Head and facial injuries from motorized scooters on the rise

Motorized scooters are becoming more popular in Louisville and major cities across the United States. But this new transportation fad comes with a potential serious health risk.

According to a study in the American Journal of Otolaryngology, facial and head injuries from electric scooter accidents have tripled during the past decade. During that time, researchers estimated more than 32,000 emergency department visits for craniofacial injuries associated with motorized scooter use.

The majority of patients — roughly 62% — were male. Most of those injured were between the ages of 19 and 65, but almost a third of them were children between 6 and 12 years old. Injuries included facial fractures, closed head injuries, and cuts and bruises.

“The data show this could be a serious health concern,” said Scott J. Rapp, M.D., pediatric plastic surgeon with Norton Children’s Hospital’s craniofacial program. “Many of these scooters are being used in high-traffic areas, and there’s very little between the rider and the pavement.”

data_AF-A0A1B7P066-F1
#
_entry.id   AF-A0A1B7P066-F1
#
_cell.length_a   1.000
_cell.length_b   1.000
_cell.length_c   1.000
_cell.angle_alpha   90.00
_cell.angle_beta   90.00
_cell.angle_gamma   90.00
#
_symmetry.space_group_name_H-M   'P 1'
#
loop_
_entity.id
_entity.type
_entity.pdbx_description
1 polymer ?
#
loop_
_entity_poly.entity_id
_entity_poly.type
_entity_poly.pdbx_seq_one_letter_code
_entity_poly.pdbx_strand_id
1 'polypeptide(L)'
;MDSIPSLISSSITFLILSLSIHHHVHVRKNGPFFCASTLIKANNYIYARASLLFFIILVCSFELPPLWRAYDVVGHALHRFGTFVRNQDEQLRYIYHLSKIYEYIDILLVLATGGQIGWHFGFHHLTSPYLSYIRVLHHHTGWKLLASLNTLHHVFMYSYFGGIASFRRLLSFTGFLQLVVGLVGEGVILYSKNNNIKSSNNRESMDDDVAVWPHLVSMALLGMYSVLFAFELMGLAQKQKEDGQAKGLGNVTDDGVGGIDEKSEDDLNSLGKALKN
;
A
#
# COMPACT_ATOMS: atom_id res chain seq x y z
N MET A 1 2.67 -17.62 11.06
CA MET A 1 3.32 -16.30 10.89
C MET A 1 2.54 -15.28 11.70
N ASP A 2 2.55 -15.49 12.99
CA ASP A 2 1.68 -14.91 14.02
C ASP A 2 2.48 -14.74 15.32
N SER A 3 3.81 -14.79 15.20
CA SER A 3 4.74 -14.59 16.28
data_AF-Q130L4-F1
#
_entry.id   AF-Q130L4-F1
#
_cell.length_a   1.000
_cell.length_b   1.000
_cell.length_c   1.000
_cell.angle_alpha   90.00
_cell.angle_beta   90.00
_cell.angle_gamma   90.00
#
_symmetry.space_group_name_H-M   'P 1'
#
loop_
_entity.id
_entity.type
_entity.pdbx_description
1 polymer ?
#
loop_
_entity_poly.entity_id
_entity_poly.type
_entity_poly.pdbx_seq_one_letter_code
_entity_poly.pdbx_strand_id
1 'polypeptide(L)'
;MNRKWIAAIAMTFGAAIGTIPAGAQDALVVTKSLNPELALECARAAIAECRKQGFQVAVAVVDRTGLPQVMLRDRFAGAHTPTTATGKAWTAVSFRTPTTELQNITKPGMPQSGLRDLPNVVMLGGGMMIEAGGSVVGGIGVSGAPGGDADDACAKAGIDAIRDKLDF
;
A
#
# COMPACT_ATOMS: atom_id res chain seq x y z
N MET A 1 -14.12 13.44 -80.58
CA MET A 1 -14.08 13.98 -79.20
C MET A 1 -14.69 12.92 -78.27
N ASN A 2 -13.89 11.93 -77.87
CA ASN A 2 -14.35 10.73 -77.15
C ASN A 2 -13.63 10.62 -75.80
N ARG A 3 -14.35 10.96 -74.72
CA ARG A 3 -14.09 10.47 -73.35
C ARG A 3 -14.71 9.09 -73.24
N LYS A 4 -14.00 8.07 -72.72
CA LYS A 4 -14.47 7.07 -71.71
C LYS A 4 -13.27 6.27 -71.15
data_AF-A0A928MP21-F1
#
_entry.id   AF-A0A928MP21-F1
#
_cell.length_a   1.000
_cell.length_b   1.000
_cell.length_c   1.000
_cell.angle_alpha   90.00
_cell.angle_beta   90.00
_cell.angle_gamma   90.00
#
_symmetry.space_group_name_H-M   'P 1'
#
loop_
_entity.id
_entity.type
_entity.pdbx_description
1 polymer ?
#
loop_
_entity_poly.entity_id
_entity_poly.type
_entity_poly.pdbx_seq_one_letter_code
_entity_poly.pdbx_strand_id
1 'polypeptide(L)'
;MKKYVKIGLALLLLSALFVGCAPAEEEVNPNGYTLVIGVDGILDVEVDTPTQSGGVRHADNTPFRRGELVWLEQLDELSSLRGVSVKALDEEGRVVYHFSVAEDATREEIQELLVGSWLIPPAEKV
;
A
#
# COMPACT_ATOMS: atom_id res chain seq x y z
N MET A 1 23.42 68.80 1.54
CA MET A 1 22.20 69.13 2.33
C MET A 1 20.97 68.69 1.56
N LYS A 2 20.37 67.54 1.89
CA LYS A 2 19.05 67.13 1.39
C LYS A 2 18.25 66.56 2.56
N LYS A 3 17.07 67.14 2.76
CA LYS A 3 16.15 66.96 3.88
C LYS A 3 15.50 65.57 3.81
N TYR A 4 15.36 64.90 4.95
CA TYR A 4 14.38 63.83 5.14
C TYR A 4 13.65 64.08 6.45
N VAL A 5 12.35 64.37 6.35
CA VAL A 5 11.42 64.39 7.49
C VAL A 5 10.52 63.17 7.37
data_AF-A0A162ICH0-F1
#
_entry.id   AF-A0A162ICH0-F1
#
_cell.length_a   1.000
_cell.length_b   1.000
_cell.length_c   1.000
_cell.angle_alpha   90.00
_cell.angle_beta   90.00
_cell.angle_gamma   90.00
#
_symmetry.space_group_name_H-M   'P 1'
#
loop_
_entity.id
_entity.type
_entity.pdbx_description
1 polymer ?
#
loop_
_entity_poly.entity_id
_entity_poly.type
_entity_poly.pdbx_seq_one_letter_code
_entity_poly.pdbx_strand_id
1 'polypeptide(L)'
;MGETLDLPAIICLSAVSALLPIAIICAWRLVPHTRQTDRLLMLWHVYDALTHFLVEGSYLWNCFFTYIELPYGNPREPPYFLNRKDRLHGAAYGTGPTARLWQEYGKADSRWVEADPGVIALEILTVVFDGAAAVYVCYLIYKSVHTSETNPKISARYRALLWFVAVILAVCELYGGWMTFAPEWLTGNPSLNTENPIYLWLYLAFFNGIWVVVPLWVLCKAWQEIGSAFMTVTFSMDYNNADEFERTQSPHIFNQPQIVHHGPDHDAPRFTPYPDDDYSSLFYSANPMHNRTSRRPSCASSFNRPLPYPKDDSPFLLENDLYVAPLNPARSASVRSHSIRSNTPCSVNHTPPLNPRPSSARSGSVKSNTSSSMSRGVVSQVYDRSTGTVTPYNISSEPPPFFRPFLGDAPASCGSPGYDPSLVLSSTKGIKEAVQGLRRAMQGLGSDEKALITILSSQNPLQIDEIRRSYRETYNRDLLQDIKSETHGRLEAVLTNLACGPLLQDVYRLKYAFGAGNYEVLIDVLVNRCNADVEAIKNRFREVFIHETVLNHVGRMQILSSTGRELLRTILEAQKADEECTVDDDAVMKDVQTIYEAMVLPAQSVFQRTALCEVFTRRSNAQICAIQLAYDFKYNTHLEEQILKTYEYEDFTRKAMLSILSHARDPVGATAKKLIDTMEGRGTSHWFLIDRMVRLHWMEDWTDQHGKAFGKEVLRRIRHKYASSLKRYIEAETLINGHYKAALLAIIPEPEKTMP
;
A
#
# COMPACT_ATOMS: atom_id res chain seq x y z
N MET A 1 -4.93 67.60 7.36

Norton Children’s board-certified neurosurgeons are recognized leaders in the field with deep expertise and specialized training.

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The lead researcher called for the U.S. to standardize electric scooter laws and consider license requirements to decrease risky behaviors while using scooters.

According to Dr. Rapp, at the very least, riders should take extra precautions.

“Wearing a helmet is the best protection from a serious head injury,” he said. “Riders also need to be extremely vigilant of where they are and what’s around them.”

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